Judicial Legitimacy

15 Feb Judicial Legitimacy

I have been thinking and writing about judicial legitimacy for a number of years.

There once was a time when the legitimacy of courts and the rule of law were closely related.

Observance of the rule of law was a necessary and possibly even a sufficient condition for judicial legitimacy; a court was legitimate if it served to uphold the rule of law. Embedded within the general concept of the rule of law was a number of related, or perhaps derivative, ideas—that law was static, that law was discovered, and that judging was simply about applying the law, or finding it and then applying it.

As a result of this paradigm, judicial legitimacy was rooted in proper procedure.

So long as proper procedure was followed, the law would be appropriately discovered (where necessary) and then applied. This idea at least in part explains the importance of the due process clauses in the Fifth and Fourteenth Amendments.

Over the last hundred or so years, however, this formalistic view of law has given way to a realism that recognizes that in many if not all instances, the law itself does little to control legal outcomes. This is particularly true for “important” legal issues due to the open-textured way in which individual rights and their protections are phrased in the Constitution. The effect this shift in thought had on the idea of judicial legitimacy explains much of the rancor and wrangling over judicial appointments and judicial elections. In the past, the rule of law was protected through the proper application of procedure, thus ensuring the proper conditions for judicial legitimacy.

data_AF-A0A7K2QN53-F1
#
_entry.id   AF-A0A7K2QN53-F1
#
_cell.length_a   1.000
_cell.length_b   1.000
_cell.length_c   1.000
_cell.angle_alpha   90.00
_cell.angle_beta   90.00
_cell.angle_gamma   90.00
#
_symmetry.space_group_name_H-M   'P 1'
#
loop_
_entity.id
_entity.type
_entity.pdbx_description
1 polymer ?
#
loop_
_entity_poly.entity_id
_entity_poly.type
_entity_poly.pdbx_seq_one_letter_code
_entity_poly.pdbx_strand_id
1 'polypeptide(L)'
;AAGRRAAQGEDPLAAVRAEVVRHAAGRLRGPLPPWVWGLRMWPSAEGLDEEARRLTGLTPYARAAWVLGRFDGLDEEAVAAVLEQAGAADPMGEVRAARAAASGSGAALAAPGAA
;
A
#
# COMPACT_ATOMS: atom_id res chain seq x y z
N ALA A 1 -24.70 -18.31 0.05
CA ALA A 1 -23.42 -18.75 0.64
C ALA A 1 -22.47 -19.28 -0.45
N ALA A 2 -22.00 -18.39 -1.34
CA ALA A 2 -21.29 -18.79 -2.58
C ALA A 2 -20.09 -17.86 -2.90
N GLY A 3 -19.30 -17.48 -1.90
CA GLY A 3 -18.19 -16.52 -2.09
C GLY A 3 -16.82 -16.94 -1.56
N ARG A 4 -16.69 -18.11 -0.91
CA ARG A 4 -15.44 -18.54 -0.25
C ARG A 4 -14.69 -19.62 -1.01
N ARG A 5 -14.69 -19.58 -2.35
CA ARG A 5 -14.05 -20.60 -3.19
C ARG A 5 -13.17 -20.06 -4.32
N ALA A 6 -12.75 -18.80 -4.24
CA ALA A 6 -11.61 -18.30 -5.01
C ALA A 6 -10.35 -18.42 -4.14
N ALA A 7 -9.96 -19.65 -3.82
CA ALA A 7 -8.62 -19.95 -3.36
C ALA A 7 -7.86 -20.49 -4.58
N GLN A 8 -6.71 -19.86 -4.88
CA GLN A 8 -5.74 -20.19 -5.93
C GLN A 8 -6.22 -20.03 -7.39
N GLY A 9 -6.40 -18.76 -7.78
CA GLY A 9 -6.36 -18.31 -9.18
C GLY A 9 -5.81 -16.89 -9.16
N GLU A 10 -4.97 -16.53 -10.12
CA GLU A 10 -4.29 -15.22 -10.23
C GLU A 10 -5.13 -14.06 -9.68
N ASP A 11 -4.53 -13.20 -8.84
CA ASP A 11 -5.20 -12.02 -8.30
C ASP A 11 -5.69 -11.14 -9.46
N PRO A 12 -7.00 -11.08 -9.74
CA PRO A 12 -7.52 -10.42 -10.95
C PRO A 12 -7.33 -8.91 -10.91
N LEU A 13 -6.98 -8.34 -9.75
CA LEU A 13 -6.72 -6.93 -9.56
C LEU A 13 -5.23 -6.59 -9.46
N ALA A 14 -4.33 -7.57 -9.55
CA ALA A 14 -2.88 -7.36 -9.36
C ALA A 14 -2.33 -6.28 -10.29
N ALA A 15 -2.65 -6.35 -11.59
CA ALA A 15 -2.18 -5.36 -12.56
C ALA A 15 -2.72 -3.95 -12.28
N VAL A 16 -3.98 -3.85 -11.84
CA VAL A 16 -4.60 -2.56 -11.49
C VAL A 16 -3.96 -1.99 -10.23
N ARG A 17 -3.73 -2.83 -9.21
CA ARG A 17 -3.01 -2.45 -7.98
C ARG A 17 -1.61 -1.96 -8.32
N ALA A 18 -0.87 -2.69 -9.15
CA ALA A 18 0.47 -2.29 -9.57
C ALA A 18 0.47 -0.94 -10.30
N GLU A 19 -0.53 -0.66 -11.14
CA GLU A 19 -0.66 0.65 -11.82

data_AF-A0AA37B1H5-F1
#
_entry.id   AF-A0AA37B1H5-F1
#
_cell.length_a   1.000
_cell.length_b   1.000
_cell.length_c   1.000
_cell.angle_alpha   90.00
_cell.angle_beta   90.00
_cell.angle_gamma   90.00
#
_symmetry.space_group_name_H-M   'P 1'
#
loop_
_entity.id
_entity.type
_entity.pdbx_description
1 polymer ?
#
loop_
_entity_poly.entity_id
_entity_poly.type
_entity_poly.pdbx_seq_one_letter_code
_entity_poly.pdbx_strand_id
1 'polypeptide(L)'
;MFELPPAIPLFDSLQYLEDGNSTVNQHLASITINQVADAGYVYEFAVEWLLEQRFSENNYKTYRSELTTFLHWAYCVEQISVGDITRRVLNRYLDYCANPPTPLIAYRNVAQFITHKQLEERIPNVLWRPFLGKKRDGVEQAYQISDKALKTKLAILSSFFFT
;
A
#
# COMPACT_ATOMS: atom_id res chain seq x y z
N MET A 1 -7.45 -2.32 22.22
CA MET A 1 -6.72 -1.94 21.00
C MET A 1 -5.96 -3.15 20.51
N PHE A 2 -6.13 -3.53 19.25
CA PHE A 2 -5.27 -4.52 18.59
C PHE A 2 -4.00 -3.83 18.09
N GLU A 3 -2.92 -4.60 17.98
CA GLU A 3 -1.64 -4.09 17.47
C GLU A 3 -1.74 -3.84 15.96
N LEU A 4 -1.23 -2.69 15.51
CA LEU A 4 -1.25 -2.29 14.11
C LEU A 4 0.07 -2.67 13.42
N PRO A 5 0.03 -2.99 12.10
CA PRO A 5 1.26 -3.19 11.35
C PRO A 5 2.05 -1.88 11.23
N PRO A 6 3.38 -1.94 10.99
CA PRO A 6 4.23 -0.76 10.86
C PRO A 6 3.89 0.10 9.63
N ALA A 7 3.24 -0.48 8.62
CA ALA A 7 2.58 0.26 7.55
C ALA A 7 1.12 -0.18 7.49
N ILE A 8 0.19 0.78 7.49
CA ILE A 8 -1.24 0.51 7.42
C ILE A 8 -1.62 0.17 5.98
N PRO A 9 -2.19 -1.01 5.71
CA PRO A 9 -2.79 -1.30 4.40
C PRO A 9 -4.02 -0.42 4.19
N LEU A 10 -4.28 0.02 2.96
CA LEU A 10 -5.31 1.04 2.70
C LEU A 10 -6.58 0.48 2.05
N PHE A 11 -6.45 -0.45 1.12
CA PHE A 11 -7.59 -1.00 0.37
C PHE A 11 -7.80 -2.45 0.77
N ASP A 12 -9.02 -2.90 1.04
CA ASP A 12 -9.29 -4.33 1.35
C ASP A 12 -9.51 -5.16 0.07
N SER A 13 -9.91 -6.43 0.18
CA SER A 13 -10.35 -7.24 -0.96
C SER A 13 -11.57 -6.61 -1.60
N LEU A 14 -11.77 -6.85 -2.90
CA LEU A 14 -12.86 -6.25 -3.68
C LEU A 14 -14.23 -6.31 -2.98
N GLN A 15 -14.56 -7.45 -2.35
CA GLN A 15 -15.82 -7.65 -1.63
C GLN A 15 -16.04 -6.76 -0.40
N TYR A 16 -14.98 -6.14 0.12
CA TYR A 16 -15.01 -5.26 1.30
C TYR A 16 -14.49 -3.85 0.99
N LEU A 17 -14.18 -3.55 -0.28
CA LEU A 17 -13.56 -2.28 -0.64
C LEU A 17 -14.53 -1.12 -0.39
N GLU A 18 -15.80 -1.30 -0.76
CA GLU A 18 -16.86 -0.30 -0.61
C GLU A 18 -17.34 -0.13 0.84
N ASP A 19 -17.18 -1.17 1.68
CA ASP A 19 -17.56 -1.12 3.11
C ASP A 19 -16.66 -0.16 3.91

Once people realized that law did little to constrain judicial behavior, there was a paradigm shift in what made judicial decision making legitimate. It became clear that judicial legitimacy was about substantive outcomes, not the ability to process a set of facts through a static set of laws via the proper procedure.

This realization of the paradigm shift from procedural to substantive legitimacy explains the acrimony that often attends contemporary discussions on judicial decision making. Any particular individual will have their own set of desired substantive outcomes, and a particular judge’s legitimacy will be measured by the extent to which his or her decisions achieve or undermine those desired outcomes.

The shift from procedural to substantive legitimacy also highlights the inadequacy of the Constitution’s method for selecting judges.

Federal judges are appointed by the President but must be approved by the Senate. If a judge’s job is mechanical, and the issue is simply whether the nominee has sufficient experience or intelligence to find and apply the law in a straightforward process, the Senate’s duty is a simply one, and most if not all nominees will be qualified. But when judicial legitimacy is about substantive results, the nomination process is much more difficult, particular when, as now, there are such strong divisions about what is ultimately the correct substantive result on any particular issue.